Tapestry is one of the oldest forms of woven textile. As a technique, tapestry has been used to create everything from tunics and purses to table covers and chair backs, as well as some of the world’s largest and most beautiful pieces of textile art.
Wholly linen tapestries were made in ancient Egypt, while Copts, or Egyptian Christians, and medieval Europeans sometimes used linen for the warp. Cotton and wool were employed for pre-Columbian Peruvian tapestries as well as for some of the tapestries made in the Islamic world during the Middle Ages.
Tapestry has been practised across the globe for thousands of years. Ancient Egyptians and Incas used tapestries as burial shrouds, while the Greeks and Romans used them as wall coverings in public buildings. The Chinese preferred to use them to decorate clothing or wrapping gifts.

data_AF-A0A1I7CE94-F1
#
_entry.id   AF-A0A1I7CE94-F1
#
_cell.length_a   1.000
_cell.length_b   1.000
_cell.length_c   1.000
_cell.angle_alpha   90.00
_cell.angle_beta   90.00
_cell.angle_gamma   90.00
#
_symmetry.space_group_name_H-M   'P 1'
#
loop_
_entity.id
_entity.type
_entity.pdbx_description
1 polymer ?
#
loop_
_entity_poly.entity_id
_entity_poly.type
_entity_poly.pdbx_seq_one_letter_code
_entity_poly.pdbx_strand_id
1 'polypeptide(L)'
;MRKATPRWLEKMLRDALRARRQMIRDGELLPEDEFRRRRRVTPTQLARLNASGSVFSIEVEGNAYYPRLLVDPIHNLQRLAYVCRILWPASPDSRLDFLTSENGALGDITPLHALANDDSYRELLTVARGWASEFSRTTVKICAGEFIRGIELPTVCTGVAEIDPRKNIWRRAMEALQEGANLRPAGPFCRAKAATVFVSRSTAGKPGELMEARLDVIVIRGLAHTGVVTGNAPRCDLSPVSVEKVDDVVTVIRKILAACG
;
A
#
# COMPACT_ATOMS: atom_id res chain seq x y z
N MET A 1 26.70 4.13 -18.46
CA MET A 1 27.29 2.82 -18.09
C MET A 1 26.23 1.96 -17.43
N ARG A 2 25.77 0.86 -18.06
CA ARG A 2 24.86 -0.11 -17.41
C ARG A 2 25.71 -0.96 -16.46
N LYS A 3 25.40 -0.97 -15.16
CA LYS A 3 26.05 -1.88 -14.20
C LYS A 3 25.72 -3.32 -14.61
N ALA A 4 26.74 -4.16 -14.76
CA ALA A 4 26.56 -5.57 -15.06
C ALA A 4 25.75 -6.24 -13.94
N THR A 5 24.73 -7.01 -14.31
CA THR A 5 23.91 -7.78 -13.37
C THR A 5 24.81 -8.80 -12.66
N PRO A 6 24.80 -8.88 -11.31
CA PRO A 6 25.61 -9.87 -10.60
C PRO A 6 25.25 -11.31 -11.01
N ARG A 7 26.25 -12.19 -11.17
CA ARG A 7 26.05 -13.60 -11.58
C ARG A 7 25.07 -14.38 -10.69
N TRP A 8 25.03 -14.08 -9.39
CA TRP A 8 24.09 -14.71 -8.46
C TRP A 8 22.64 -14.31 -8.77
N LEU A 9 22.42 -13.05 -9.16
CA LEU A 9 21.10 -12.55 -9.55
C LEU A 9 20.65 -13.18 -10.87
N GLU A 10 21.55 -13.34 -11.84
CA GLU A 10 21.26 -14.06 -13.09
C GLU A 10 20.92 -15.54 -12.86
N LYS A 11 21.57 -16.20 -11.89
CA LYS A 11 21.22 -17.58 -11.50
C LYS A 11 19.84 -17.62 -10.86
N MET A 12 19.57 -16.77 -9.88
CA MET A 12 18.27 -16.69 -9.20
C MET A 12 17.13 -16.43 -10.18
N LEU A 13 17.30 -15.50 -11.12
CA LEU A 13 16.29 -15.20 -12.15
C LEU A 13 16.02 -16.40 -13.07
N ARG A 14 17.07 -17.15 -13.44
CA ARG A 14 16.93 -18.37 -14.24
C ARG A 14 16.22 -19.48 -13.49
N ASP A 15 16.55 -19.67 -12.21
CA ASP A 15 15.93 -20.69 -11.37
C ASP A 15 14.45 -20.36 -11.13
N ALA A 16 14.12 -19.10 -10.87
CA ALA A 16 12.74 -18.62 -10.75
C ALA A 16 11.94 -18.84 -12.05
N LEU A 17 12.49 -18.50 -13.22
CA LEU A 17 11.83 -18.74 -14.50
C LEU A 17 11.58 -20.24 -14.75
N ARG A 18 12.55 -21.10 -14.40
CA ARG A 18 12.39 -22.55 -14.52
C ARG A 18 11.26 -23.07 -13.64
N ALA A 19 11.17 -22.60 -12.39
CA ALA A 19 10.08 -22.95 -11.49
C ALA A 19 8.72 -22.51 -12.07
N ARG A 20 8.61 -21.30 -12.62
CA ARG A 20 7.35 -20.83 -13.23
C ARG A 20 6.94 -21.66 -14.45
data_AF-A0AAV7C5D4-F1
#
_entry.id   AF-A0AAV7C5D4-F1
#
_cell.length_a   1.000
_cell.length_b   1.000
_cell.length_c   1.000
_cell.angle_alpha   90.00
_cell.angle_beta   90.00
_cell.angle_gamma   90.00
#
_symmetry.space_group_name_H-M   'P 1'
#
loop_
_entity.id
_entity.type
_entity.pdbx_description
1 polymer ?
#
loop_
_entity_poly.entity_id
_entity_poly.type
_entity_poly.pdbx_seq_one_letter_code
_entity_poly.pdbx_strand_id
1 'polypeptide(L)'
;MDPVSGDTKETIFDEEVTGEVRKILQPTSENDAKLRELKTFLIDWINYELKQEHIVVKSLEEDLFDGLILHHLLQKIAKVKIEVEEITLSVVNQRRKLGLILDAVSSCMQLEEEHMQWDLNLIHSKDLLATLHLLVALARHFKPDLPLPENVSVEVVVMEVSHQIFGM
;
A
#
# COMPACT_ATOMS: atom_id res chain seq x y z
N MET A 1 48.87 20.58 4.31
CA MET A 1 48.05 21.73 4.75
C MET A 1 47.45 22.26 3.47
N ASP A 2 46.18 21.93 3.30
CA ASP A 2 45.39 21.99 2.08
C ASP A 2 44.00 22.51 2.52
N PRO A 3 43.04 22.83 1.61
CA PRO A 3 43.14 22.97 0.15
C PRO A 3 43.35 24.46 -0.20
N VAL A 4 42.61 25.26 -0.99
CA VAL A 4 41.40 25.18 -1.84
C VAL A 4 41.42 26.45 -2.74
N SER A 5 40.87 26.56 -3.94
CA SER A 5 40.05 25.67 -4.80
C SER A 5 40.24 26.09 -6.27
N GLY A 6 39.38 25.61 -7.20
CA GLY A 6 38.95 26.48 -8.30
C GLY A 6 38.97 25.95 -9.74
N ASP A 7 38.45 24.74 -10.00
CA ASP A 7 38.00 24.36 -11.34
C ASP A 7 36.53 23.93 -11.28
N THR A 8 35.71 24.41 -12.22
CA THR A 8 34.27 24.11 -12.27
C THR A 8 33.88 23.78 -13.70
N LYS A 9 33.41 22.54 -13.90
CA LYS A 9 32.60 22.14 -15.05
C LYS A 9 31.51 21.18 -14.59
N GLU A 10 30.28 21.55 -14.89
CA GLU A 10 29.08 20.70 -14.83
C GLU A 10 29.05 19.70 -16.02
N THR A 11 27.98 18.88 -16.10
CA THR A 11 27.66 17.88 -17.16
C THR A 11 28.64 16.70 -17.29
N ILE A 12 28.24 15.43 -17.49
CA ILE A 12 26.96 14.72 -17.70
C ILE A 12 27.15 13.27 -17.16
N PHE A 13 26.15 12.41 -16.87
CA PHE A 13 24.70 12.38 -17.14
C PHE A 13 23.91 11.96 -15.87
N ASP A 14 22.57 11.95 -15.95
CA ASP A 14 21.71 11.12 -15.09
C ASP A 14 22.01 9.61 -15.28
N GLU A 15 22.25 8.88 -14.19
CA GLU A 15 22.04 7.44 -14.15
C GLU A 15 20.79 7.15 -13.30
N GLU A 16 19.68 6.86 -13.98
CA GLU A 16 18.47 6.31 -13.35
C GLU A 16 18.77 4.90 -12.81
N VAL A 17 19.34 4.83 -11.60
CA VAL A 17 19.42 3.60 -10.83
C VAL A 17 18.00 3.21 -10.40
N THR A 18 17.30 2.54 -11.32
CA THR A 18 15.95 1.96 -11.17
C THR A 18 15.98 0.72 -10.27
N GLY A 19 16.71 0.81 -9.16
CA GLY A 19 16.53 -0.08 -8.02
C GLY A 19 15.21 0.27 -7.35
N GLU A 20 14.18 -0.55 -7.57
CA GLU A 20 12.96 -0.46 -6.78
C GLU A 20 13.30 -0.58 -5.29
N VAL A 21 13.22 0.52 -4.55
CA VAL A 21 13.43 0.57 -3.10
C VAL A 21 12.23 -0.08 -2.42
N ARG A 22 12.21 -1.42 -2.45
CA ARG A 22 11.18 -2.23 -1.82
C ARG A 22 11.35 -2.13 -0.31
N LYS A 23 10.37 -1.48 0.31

You can use tapestry to describe anything that’s multi-layered and complex, like the tapestry of life in a rural town, or the tapestry of your family history, or the tapestry of plot and character in your favourite novel or wall hanging, bedspread, bedspread, tablecloth, dorm decor, picnic sheet, beach shawl, scarf, blanket, tablecloth, etc.